This book is like a marvelous box of expensive chocolates, or rather, perfumed Turkish delight. The titles are asenticing as the aroma of jasmine: training of odalisques, harem walls, death, secrets of flowers and birds, riddles and stories, opium, disenchantment, death, desire and consummation, regeneration of (eunuchs') genitals, jewelry, death. . . . Mortality taps away in the perfumed garden, a woodpecker amid the singing birds.
The sumptuous pictures seduce us too. Ingres' coolly classical nude La Grande Odalisque of 1814 with her rich jeweled clasp in the hair emphasizing her skin's luster, looks over her right shoulder at the viewer, her hand loosely holding the phallic handle of her peacock fan. Bouchard's naked beauty in After the Bath of 1894 looks away intent on her testing of the water; her body faces us but oh so tastefully, heavy gold bangles and rich drapery on the couch tell us she is not of our European world of the feminine. Sir Frank Dicksee's sultry Leila, 1892, reclines in flaming red and gold robes but manages to look only positively repressed and English beside Renoir's Odalisque, 1870. Her slouched pose and hooded eyes, tired with who knows which pleasures, make her business all too clear. She is not serving tea.
Sensuality. Better, Oriental sensuality. The air is so heavy you can smell it in Delacroix and Renoir. We know it is "Eastern" air and these are Eastern breasts, thighs, sultry glances because of the almost suffocating colors, glittering pearls in rich settings, damasks, a leopard skin here and there.
Black slaves play their part, male and female. Mother of pearl inlay is everywhere and so are the inevitable hubble bubble pipes. If Western males were to have their fantasies, every dream element had to find a place in the cliched decor of desire for The Orient.
The Orient as Woman. Accessible woman, passive yet alluring woman, always available because always possessed woman. Explored, examined and dominated like The East itself she must also look "mysterious." The glowing canvases are a rhapsody of mostly 19th-Century European men's erotic imaginings.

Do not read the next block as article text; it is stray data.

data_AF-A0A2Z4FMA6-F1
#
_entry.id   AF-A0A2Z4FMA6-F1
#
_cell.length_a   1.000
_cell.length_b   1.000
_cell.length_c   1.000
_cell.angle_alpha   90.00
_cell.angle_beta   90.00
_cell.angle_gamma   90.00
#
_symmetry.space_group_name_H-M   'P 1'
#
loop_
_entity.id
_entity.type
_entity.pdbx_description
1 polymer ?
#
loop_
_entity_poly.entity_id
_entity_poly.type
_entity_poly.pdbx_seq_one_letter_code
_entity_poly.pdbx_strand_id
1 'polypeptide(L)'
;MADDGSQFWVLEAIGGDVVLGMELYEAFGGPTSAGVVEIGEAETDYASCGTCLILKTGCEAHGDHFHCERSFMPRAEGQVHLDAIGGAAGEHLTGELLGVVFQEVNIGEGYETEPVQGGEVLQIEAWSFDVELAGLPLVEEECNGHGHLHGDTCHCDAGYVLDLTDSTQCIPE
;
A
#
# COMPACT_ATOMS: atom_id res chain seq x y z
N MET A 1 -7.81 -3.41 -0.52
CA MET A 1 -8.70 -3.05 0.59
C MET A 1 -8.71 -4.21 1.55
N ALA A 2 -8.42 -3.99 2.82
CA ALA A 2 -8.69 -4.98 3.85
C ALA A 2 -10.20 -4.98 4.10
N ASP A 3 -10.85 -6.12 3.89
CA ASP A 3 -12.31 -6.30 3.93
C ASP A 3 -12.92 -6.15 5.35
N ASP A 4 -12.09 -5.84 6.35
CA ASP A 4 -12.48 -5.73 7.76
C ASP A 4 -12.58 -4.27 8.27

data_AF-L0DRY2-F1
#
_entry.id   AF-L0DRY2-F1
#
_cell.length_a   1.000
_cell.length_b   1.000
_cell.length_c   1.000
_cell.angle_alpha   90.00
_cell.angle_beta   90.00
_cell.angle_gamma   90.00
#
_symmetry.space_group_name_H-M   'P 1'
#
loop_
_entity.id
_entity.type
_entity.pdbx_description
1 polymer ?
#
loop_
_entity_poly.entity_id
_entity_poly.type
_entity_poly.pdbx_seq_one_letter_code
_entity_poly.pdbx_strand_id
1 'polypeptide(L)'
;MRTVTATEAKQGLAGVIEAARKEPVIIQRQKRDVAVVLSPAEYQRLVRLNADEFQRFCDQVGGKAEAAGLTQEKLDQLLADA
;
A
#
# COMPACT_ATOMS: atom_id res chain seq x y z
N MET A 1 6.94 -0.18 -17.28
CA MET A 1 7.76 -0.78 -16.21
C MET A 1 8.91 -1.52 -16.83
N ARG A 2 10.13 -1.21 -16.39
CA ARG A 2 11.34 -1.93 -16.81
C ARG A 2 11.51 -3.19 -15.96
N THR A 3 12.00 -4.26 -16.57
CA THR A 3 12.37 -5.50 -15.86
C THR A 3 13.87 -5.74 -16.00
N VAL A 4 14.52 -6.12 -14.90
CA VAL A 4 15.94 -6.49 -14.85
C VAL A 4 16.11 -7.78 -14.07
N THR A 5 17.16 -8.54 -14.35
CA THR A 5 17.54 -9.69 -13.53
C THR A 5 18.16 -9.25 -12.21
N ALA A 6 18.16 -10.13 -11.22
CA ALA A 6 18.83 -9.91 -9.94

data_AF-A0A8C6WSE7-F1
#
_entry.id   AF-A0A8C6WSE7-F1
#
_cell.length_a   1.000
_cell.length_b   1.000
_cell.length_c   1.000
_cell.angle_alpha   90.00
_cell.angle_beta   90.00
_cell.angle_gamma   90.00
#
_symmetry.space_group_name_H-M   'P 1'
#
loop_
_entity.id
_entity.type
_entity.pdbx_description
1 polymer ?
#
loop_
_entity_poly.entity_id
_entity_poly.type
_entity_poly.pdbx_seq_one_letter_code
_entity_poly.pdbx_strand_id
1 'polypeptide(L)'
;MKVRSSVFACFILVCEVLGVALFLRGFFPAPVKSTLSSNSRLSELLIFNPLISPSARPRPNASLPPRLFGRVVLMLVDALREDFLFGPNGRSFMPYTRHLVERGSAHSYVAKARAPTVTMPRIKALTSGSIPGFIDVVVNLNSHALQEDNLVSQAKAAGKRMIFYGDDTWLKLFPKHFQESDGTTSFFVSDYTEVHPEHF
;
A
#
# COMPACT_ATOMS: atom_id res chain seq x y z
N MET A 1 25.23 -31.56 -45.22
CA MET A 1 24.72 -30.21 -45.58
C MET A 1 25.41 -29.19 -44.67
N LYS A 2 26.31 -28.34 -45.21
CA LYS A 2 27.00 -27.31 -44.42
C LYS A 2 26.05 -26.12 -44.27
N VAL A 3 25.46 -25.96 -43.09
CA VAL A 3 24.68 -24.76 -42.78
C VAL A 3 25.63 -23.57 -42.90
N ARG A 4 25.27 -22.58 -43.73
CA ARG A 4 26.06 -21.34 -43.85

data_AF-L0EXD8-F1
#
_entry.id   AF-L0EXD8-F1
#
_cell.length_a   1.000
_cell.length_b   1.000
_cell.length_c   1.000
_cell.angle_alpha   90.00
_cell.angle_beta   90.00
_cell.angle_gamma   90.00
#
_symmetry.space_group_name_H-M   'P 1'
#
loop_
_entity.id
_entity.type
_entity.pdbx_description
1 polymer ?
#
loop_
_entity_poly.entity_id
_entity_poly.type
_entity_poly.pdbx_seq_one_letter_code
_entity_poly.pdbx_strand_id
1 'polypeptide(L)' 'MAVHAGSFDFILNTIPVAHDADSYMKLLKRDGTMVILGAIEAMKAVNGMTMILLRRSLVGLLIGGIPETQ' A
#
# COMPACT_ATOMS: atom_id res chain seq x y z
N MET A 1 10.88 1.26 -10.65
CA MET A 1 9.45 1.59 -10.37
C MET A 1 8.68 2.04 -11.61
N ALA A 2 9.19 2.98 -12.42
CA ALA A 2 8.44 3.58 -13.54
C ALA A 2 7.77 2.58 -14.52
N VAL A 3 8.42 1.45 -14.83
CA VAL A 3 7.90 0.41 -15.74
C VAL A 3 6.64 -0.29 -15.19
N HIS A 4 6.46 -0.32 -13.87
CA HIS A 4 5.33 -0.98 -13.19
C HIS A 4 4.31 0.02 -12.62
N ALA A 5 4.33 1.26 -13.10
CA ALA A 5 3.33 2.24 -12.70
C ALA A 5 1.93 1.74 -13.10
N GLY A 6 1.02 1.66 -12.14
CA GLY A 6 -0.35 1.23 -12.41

And there is the eternal and cliched question of this book's subtitle: Just what was "The World Behind the Veil"?
More to the point, what was the world behind that tight, all-covering black suit of the respectable middle-class gentleman in the gallery, dressed permanently as if going to a funeral (as the French poet Baudelaire sardonically observed)? What is the world behind the designer jeans of the man looking at these images of 1989? Is he turned on? Does "the harem" still intrigue us, tempting women too into secret dreams?
Publishers certainly think so. They are in the business of selling things and knowing markets. We still want to consume the world, pry into all its veiled places, penetrate all its, her, hidden parts, see everything that is concealed. The pictures reproduced here themselves sell for millions. High art plus sex plus fantasy plus money, even in this age that's a heady cocktail.
Alev Lytle Croutier begins her superbly illustrated stroll through this universe of illusion recalling her own family, and growing up in an old house "which was once the harem of a pasha." A girl, the women told her things about the world of women. She is Turkish but left for the United States in 1963 when she was 18. So she was there, but is partly an outsider. Ideal credentials.
Old photos tell their own stories of her family. A great uncle poses with his wife and daughters. The riding boots and crop, military uniform and sharply turned up mustaches are the very type of officer gentleman. The wife has her head covered in a scarf and two-tone boots peep out from beneath what looks like the rich material of her all-concealing dress. The children in identical off-the-face brimmed hats lean formally on their parents' knees or shoulders. On the opposite page the author's father and mother pose in "Turkish costume," which reminds us how quickly "the folk" came to be used in dressing up by the local well-to-do, a kind of charade of something called "the traditional."
In an odd way the snapshot resembles the picture of Mr. and Mrs. Silk Buckingham elaborately costumed in Oriental clothes in the England of 1816 (by Pickersgill). The irony here does not seem to be part of the author's own awareness. She is inclined to flit from subject to subject, picture to picture, book to book. Sometimes she comments stringently on the Orientalism and fantasy of it all. Mostly she is rather blandly content with a few lines on Ottoman history or a paragraph or two on shopping, food, dress. The pictures themselves are often treated merely as illustrations of a reality. She will suddenly use Sir Richard Burton or even Montesquieu's Persian Letters as if they were just reliable reporters of the world of, say, black eunuchs.